Main positive point - This is not a black swan event. Even if it gets fully out of hand, well over 95% of the population will survive. Critical services (power, water, sewage, food supply chain) are likely to remain online even in worst possible situation.

 

Positive points for NZ:

 

  • Low population density & Public transport use compared to Asia & Europe
  • We produce a lot of food so even with international supply chain issues we will be able to eat.
  • We have OK workers rights, and universal access to healthcare, so people are less likely to hide cases and go to work sick relative to the USA.
  • We have a good healthcare system.
  • We are a fairly rich country, so will be able to afford vaccines and treatment's when they become available even if fairly expensive.
  • Other geographic areas are far harder hit than NZ, hence we can take learning from the rest of the word.
  • Places like China and Singapore (based on their data) have proven that it is possible via aggressive measures (extremely aggressive in china's case) to slow / stop the pathogen.

Negative points

 

  • NZ doesn't have onshore PPE manufacturing like china.
  • Relatively low number ICU beds per capita in NZ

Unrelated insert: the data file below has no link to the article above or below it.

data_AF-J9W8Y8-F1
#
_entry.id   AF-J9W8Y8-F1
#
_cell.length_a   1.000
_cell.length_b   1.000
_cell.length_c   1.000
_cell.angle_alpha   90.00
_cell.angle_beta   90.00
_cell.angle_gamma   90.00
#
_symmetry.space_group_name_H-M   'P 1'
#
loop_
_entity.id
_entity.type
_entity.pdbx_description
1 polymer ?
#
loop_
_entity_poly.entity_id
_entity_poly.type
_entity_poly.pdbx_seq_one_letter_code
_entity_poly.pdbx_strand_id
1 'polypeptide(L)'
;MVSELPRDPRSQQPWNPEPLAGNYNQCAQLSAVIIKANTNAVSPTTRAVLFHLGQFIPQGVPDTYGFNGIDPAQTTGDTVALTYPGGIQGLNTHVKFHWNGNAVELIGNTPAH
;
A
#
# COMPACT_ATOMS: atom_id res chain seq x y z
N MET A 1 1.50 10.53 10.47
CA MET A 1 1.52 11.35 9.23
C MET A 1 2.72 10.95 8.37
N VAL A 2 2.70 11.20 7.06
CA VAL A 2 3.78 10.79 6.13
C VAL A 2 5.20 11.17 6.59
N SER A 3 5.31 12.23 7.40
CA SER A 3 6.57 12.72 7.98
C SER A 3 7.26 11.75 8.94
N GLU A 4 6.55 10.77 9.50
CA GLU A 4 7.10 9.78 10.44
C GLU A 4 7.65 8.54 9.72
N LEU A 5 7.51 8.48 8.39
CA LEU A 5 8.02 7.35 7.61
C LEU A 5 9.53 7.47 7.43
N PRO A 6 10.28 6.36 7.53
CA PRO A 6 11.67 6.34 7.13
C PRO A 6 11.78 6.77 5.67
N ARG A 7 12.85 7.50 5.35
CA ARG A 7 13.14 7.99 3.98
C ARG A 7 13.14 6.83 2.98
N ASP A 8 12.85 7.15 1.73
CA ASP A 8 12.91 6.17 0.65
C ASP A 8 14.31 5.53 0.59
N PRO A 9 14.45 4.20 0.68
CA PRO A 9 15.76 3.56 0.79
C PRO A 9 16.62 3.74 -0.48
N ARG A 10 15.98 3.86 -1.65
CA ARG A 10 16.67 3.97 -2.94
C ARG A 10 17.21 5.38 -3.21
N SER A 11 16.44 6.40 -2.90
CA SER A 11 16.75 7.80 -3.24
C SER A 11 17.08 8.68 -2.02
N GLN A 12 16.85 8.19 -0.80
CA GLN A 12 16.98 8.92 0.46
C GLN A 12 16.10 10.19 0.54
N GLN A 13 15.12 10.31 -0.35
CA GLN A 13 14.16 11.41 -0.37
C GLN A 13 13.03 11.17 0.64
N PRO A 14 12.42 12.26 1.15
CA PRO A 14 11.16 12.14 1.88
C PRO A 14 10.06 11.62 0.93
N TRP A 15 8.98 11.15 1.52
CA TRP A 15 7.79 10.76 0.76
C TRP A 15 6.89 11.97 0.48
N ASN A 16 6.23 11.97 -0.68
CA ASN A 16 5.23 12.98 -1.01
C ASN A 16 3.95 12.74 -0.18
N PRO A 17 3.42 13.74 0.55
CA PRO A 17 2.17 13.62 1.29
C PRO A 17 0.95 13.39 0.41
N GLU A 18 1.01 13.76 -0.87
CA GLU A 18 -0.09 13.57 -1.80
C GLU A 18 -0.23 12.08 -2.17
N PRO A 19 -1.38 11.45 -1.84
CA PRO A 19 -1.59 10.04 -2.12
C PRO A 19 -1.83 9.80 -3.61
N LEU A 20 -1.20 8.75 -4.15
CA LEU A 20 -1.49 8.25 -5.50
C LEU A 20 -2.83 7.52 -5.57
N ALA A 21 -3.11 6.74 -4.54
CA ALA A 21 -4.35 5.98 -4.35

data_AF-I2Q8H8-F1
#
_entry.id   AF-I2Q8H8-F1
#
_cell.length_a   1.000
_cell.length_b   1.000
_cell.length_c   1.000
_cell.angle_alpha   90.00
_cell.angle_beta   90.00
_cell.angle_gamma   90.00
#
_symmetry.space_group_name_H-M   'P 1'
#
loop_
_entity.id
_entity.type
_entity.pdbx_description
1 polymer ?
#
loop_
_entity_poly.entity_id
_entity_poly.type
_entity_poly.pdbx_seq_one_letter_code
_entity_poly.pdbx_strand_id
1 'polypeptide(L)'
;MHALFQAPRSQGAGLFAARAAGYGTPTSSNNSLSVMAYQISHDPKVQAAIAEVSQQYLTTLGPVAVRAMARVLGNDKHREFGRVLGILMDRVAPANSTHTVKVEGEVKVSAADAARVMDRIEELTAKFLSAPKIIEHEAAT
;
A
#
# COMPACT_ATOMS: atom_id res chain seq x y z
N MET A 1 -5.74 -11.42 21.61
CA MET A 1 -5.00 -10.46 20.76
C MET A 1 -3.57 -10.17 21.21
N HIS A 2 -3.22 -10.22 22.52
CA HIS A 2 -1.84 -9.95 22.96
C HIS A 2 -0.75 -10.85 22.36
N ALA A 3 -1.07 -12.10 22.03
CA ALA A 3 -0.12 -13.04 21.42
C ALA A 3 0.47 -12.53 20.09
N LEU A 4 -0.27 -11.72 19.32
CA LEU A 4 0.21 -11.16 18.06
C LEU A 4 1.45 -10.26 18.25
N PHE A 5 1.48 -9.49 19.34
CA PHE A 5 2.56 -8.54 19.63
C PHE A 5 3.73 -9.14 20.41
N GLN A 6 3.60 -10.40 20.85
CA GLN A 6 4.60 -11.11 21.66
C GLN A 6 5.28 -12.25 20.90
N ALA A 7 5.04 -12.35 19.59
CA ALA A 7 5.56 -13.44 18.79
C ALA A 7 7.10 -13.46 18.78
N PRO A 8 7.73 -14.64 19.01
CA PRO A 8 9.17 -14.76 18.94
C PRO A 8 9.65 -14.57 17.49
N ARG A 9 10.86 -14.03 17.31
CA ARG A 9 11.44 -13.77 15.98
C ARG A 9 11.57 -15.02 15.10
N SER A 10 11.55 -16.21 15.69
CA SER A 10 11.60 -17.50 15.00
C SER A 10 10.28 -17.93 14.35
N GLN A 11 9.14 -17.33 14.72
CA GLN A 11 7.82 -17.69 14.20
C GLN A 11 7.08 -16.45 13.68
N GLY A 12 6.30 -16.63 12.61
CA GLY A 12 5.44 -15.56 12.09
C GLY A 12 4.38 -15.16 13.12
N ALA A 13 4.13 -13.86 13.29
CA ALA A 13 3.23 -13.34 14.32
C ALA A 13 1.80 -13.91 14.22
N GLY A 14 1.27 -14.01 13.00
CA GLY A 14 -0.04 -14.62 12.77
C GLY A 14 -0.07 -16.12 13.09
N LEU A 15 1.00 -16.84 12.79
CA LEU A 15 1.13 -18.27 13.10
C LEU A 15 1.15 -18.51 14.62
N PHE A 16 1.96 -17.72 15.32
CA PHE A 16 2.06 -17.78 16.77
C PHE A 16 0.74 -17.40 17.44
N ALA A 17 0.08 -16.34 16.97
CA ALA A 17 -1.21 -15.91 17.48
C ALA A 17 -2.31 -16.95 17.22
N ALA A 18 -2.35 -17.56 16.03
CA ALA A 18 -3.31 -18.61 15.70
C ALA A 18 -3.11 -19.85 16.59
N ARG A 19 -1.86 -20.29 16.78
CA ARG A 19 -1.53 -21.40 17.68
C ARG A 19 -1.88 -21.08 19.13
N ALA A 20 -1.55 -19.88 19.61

• Democratic government & election year, may mean that our government is unwilling to implement the aggressive control measures of China & Singapore.
  • So far we don't seem to be taking this seriously as a country.
  • Possible peak of covid-19 coming in seasonal flu season when our hosptals are typically overloaded anyway.

International perspective

 

  • China official numbers make it look like they have covid-19 somewhat under control.
  • Situation fully out of hand in Iran. Most of the world didn't pick up on this until it was to late.
  • Situation getting out of hand in europe in a big way. Health system in Italy overloaded. growing case numbers in France and germanay.
  • USA is showing early warning signs of being the next iran (high death to confirmed case ratio etc)

 

 

Hopefully we can balance complacency and panic.


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  #2435231 9-Mar-2020 17:24
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"Jealous Coronavirus" music video

Vietnamese Health Dept.

w/ English subtitles